Sunday, September 28, 2003

neighborhoods: where we live

military neighborhoods

Military communities cover tens of thousands of acres on Oahu and are home to just as many people who stand largely insulated from the rest of the island's people.

Yet, their presence affects all aspects of life here, and many come back to Hawaii after leaving service.

The federal money funneled through the installations through construction and individual spending boosts the economy. Schofield Barracks will be the scene of a housing renovation project that will provide a welcome dose of federal funds as the Army hopes a nice place to live will be an incentive for retaining and recruiting its troops.

Schofield Barracks | Marine Corps Base Kaneohe

schofield barracks

D Quad at Schofield Barracks is one of the self-contained Army units of three barracks and one administration building surrounding a central courtyard.

Army will improve
housing on the post

Providing secure and private
homes is the best way to retain
troops, the service says

During the next decade, the Pentagon will undertake a housing project in Central Oahu that reflects the changing face of the Army -- soldiers with families.

Schofield Barracks, named after a former commanding general of the Army, John Schofield, is the largest Army post in Hawaii. As early as 1872, Schofield advocated the need for the United States to annex Hawaii because of its strategic military value.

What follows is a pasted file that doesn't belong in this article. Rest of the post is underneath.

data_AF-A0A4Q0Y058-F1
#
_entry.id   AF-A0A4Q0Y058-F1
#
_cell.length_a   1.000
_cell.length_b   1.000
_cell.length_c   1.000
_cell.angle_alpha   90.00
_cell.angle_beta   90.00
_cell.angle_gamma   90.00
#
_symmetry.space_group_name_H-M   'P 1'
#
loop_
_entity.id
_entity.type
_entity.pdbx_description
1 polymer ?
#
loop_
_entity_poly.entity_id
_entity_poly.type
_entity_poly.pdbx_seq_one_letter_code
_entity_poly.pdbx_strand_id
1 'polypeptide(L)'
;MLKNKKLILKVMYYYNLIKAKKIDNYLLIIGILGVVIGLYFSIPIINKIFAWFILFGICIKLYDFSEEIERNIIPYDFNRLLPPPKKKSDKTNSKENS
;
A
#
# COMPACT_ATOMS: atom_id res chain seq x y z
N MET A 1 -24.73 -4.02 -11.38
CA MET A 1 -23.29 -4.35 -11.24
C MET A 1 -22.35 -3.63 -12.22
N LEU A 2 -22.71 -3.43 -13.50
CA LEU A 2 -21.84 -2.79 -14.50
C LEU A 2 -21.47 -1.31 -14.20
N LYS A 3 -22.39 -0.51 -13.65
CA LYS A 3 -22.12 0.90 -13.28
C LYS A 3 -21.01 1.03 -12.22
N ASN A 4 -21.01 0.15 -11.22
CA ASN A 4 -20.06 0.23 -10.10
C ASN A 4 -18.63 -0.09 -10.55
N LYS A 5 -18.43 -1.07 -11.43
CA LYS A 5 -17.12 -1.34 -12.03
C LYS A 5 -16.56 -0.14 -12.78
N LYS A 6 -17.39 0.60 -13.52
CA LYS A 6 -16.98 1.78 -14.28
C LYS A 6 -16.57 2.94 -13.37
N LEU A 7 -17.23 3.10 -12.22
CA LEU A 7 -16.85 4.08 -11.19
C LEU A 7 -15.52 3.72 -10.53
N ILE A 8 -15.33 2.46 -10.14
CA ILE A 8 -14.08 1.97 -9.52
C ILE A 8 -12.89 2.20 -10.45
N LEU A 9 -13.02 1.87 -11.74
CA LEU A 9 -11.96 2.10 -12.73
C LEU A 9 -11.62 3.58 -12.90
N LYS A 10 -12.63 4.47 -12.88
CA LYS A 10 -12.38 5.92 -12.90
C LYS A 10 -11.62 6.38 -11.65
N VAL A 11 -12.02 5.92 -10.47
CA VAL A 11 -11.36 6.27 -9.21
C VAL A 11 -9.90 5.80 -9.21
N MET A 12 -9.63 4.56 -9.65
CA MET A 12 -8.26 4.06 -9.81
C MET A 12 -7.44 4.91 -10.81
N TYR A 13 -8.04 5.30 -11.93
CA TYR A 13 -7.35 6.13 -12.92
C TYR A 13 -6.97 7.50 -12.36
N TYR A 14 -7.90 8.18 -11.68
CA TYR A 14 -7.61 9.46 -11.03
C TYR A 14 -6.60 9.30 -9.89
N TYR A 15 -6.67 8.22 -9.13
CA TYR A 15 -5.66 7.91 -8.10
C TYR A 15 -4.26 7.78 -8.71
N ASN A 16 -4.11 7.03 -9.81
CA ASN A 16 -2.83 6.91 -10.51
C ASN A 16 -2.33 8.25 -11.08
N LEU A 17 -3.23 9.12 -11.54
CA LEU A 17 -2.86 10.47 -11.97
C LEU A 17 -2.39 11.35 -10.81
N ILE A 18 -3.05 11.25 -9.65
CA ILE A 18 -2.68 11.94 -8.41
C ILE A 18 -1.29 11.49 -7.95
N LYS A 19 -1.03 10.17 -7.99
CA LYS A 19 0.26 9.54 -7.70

Following annexation, 14,400 acres on former Hawaiian crown lands between Oahu's two mountain ranges was ceded to the U.S. government on July 26, 1899. By 1908, construction on a major military post was begun, and a year later it was named after Schofield.

When the U.S. War Department formed the Hawaiian Department in 1913, there were just 6,000 soldiers, most of them single, assigned to the post.

Today, Schofield, with two brigades of the 25th Infantry Division and other supporting units at Wheeler Army Airfield and Helemano Military Reservation, is the home of more than 21,000 soldiers and dependents.

With upward of 11,000 soldiers married, the Army says housing that is secure and private ranks as the most important factor to keep the soldiers enlisted.